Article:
Stryker, who is a dominant, admits that even she has “had instances in my past and looked back and thought I didn’t cross a boundary, but maybe I did.” But she says, “I’d rather be held accountable or be falsely accused of something and have space for people to take that seriously than silence one victim.”

I asked Baku whether the risk of false accusations might be outweighed by the potential benefit of spreading the word about predatory community members. “That’s a good question,” he said, pausing. “But how is that solving any problems? It’s written in some group somewhere — how are we really protecting people? You’re giving a false sense of security.” Baku’s main concern, he says, is that “we need to go after rapists and put them away. I know people have concerns about police and the way they handle rape. But the energy needs to be put into fixing that problem, into educating police, educating lawyers.” He adds, “It doesn’t need to be figured out in the court of popular opinion. Posting something on Fetlife, you’re not solving the problem,” he says. “We’re not set up to have judges and jury hear both sides.”

Thomas MacAulay Millar, a lawyer and kinkster who has written a seven-part series on the issue of consent in BDSM, says, “We have this well-entrenched narrative of the lying victim against a backdrop of people lying about things all the time,” he says. “It’s no more true about allegations of sexual assault than anything else.”

“People want to abdicate a certain amount of responsibility and have someone make the decision for them: ‘Did this happen or not?’” But, he says, “No such system is available to us. We’re not gonna elect a grand high judge of the community, we’re not gonna grant our own communities subpoena power, and the justice system won’t serve that function for our communities.”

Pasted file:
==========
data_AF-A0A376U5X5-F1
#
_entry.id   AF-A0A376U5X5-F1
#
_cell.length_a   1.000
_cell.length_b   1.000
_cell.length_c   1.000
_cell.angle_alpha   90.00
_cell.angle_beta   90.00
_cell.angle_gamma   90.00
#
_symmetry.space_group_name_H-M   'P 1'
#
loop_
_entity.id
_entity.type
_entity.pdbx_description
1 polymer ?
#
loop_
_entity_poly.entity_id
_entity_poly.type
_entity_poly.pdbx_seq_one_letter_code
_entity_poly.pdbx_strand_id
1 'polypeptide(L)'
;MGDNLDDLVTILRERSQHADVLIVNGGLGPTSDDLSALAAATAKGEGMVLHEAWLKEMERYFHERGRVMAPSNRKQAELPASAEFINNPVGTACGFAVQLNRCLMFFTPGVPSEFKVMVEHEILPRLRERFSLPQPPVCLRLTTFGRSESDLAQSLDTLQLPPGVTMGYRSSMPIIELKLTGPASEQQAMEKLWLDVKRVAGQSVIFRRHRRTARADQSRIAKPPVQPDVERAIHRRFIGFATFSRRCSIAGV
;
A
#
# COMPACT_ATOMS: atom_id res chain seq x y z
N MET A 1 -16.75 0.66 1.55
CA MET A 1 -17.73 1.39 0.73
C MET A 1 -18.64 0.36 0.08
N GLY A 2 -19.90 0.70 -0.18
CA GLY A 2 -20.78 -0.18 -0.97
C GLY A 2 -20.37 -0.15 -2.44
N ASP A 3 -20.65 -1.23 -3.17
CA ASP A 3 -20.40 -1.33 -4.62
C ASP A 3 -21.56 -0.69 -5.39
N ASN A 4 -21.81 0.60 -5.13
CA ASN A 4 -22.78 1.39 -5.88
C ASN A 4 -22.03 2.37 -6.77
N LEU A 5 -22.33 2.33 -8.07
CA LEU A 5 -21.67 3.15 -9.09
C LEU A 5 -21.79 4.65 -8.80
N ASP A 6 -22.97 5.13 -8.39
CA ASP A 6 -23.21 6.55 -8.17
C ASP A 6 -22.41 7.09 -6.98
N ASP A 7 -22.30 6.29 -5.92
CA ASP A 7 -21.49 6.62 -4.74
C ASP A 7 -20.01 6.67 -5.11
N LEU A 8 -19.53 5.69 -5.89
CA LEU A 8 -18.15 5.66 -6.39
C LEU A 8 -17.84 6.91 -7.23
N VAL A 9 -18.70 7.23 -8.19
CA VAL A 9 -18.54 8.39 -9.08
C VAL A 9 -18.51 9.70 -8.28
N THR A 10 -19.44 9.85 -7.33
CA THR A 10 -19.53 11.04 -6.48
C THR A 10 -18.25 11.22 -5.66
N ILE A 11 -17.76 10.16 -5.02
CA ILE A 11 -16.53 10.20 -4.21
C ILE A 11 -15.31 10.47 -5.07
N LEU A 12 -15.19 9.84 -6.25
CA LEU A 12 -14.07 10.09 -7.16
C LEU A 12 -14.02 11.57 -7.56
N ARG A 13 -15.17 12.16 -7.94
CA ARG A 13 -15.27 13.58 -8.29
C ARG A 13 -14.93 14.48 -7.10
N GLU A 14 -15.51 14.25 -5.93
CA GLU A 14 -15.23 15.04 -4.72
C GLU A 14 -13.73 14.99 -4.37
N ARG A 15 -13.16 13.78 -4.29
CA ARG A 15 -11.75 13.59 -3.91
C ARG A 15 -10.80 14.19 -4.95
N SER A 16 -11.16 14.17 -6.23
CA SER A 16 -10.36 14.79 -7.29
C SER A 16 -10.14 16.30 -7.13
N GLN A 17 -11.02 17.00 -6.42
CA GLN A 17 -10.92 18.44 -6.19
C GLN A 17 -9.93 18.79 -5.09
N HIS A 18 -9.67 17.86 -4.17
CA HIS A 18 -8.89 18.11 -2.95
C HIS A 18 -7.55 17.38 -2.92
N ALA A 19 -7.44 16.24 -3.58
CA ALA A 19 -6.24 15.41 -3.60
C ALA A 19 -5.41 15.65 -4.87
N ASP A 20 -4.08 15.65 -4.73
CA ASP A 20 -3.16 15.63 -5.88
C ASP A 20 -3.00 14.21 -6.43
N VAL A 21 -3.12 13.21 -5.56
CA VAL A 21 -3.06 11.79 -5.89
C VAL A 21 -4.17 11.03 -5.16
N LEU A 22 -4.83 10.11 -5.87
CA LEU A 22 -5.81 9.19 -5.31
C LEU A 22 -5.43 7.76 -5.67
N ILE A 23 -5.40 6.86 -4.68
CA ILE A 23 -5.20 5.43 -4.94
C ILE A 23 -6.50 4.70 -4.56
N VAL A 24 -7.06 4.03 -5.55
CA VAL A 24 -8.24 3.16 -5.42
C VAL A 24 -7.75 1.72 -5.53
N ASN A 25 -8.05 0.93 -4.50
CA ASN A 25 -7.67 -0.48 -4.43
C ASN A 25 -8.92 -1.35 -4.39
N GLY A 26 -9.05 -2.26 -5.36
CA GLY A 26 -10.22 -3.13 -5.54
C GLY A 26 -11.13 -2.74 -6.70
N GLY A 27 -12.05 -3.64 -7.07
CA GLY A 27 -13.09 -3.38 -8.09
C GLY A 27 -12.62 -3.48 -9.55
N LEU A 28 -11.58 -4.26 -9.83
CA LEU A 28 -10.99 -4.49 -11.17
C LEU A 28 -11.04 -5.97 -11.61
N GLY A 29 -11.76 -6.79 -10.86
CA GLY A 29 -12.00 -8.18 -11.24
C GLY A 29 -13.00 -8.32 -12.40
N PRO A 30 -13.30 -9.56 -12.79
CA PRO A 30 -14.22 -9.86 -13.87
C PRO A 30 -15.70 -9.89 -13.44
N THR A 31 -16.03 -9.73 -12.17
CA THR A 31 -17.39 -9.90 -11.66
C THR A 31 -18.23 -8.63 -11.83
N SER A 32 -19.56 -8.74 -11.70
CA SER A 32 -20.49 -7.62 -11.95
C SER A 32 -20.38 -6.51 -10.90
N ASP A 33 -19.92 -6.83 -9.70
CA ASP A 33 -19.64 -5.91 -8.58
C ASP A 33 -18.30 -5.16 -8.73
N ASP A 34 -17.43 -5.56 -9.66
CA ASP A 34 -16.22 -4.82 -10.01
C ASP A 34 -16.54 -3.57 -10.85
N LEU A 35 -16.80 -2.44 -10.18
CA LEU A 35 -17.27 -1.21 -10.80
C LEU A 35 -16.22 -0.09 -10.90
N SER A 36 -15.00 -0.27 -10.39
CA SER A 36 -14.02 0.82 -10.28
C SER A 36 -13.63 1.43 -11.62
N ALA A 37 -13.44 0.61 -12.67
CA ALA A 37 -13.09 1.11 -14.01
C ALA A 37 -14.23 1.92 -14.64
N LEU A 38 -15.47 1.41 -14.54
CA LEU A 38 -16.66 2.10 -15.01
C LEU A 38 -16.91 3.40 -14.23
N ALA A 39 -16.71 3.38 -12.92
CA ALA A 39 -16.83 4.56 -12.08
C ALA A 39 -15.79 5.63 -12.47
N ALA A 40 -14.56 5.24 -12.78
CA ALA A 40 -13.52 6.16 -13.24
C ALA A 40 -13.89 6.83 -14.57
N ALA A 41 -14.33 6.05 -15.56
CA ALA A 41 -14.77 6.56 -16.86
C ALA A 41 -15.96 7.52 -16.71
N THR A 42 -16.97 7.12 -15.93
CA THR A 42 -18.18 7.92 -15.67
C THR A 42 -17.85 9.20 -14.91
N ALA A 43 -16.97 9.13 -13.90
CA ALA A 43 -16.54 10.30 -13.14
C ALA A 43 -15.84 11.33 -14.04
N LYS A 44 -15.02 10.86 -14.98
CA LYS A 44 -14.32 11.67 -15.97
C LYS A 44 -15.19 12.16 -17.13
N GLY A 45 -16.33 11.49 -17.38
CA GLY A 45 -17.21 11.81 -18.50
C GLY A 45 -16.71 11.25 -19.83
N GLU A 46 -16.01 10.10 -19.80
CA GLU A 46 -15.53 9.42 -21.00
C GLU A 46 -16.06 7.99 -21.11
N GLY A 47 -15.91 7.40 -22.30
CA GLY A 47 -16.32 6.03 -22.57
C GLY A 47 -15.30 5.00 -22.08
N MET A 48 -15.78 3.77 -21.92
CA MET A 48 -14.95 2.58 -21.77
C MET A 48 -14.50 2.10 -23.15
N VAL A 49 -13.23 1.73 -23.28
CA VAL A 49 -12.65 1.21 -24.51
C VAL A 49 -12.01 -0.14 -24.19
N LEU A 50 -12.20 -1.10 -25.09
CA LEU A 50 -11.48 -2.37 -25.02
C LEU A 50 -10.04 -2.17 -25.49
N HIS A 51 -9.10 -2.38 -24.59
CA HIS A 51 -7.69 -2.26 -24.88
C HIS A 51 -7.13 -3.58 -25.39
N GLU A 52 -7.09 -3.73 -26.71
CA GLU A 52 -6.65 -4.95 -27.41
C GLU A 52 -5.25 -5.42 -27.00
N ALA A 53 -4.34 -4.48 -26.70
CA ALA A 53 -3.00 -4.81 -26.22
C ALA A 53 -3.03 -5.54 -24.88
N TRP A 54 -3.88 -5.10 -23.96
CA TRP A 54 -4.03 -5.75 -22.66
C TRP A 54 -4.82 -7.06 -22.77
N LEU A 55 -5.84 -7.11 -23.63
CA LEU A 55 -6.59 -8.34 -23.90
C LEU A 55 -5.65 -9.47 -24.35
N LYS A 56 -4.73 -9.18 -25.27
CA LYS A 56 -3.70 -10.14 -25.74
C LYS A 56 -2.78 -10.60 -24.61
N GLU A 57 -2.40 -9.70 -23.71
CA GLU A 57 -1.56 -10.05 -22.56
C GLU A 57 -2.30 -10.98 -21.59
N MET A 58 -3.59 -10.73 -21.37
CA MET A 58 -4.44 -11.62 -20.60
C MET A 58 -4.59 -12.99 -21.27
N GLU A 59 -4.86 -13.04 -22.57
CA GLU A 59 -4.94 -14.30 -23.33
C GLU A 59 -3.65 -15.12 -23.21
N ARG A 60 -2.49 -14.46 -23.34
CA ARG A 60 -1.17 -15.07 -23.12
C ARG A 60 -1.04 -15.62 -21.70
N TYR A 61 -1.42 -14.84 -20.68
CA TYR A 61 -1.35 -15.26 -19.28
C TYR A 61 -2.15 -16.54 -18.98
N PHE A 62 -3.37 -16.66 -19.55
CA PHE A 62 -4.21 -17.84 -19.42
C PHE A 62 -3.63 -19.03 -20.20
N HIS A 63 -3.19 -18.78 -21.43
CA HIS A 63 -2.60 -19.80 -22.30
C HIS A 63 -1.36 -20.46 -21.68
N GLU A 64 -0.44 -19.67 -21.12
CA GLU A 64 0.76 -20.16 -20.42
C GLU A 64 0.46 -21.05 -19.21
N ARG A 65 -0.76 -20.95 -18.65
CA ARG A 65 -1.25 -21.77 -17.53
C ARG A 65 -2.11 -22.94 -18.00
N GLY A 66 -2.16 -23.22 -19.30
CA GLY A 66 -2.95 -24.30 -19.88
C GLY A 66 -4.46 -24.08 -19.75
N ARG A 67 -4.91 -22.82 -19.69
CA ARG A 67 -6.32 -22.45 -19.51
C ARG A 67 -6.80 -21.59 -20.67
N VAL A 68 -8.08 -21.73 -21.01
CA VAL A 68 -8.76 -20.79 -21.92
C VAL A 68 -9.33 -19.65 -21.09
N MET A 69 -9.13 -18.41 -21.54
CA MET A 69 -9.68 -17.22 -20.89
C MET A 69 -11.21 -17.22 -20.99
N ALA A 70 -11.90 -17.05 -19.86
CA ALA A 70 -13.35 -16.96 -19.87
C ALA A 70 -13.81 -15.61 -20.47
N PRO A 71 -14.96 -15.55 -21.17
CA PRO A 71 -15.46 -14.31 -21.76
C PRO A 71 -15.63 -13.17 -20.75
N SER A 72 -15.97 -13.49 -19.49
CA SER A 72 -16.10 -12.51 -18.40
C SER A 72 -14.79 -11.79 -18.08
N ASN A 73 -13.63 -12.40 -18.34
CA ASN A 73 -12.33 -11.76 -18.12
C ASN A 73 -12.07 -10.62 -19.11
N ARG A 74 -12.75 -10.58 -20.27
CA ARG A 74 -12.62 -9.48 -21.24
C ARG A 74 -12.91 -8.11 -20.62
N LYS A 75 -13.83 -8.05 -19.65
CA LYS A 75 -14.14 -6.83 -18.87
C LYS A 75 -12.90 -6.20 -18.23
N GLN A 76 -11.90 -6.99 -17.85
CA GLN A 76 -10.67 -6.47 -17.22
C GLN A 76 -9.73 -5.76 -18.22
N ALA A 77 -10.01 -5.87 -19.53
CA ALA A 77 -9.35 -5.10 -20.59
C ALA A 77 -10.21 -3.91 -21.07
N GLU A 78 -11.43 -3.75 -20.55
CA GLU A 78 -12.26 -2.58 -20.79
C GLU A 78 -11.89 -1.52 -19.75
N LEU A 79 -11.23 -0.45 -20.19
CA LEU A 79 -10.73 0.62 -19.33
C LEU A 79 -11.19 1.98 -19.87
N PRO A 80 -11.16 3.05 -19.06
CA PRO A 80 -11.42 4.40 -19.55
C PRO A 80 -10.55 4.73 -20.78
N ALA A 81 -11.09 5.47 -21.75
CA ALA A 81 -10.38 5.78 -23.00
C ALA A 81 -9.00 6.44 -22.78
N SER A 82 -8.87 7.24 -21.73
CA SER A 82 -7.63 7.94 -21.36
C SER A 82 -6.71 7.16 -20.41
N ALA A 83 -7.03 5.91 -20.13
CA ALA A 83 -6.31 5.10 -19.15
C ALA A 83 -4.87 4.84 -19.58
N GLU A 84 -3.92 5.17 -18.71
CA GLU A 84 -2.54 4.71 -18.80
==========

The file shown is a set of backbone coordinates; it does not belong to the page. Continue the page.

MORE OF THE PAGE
As he explains in part four of his series, “[E]ven assuming that everyone in the system was perfectly professional, no matter who the victim is, in the U.S., the criminal justice system comes down ultimately to the jury trial, even though in the vast majority of cases, no such thing ever actually happens,” he continues. “If the police and prosecutors and the judge are all entirely fair to victims of abuse who might be queer and/or trans and/or kinky and/or people of color and/or undocumented and/or doing sex work, it doesn’t mean a jury would [be].  The jury is drawn from the general population, and we all know they’re always perfectly progressive, right?”

Stryker points out that sex workers rely on virtual blacklists of abusive johns, also known as “bad dates.” They will post a name, a few digits of a phone number, an email address or a physical description, along with the details of their experience with the client. “That keeps us from getting killed,” says Stryker, who is a sex worker herself. “We can’t go to the police, and I don’t see how that’s any different for BDSM.”

Some people in the kink community already maintain informal lists of “ethical practices and lack thereof,” says Stryker, but they aren’t widely distributed. “There’s very little discourse independent of Fetlife about BDSM issues,” says Thomas. On top of that, people don’t post these lists independently on personal blogs and the like because they’re worried about liability. Looking to the future, Stryker says, “The pressure is continually on Fetlife, and it will eventually have to take a stand and either say, ‘We don’t care,’ or ‘We do care, and here’s how we’re going to deal with this.’”

Fetlife’s position is “ever-evolving,” says Baku, who repeatedly asked what I thought they should do during our interview. “This is something that we question every day.”

Tracy Clark-Flory

Tracy Clark-Flory is a staff writer at Salon. Follow @tracyclarkflory on Twitter and Facebook.